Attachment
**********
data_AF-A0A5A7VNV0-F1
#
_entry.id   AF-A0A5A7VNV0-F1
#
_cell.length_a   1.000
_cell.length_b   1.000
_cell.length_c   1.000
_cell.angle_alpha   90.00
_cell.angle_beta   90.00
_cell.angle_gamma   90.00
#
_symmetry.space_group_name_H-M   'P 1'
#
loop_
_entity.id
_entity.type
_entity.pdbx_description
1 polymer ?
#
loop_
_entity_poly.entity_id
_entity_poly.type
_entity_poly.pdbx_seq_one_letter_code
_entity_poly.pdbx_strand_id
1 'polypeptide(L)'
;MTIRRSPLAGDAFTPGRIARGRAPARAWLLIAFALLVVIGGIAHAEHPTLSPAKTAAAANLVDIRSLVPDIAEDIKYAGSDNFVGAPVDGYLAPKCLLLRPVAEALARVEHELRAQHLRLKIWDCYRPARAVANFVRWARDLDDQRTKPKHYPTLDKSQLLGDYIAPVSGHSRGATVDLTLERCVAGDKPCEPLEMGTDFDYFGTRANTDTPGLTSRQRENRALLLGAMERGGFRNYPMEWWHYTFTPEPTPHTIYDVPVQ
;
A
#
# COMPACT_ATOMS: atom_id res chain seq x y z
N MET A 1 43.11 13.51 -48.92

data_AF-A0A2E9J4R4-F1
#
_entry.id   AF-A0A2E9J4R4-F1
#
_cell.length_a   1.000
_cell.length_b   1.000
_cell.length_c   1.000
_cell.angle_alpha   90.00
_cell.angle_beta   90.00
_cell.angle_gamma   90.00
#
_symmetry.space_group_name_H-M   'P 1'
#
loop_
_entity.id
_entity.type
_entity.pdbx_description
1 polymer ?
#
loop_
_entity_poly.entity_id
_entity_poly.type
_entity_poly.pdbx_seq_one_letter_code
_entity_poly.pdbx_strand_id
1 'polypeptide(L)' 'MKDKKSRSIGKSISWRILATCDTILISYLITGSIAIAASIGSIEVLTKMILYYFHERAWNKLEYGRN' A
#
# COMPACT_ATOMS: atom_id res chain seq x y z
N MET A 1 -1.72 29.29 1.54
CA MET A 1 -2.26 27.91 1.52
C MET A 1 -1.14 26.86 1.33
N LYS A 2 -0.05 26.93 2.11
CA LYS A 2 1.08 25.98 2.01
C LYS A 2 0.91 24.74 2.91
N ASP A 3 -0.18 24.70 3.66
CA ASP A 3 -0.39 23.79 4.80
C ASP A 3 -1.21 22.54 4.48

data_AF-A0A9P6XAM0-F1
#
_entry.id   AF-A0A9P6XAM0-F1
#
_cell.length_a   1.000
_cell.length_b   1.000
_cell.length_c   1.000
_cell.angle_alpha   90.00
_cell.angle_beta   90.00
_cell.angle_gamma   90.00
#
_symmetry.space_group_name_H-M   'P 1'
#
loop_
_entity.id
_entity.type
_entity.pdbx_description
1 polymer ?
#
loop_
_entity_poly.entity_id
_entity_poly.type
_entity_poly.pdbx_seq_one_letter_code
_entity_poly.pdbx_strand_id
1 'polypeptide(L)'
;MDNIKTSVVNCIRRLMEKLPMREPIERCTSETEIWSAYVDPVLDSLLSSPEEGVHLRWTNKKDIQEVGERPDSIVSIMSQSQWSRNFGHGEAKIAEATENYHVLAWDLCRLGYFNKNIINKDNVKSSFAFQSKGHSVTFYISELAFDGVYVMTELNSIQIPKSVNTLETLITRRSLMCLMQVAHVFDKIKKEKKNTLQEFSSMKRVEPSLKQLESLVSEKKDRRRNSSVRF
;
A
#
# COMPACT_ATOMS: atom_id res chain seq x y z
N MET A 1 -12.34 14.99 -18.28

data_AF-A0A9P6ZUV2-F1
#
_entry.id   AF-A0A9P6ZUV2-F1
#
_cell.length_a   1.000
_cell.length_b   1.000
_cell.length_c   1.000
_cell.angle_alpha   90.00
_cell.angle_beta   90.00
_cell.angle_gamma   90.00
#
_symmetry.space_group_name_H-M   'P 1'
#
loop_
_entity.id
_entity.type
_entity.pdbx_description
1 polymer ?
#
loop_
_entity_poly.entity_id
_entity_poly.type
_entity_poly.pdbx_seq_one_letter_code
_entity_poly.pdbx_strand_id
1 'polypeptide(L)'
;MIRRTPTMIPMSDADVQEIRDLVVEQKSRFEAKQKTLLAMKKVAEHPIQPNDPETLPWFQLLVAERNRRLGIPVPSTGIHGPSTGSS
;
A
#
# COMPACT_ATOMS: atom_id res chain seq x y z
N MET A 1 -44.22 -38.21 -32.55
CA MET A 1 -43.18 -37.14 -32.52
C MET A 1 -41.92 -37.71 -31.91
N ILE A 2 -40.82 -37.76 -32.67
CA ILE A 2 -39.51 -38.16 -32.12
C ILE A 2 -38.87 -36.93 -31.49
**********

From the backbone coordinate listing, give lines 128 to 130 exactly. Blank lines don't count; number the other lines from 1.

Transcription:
# COMPACT_ATOMS: atom_id res chain seq x y z
N MET A 1 -44.22 -38.21 -32.55
CA MET A 1 -43.18 -37.14 -32.52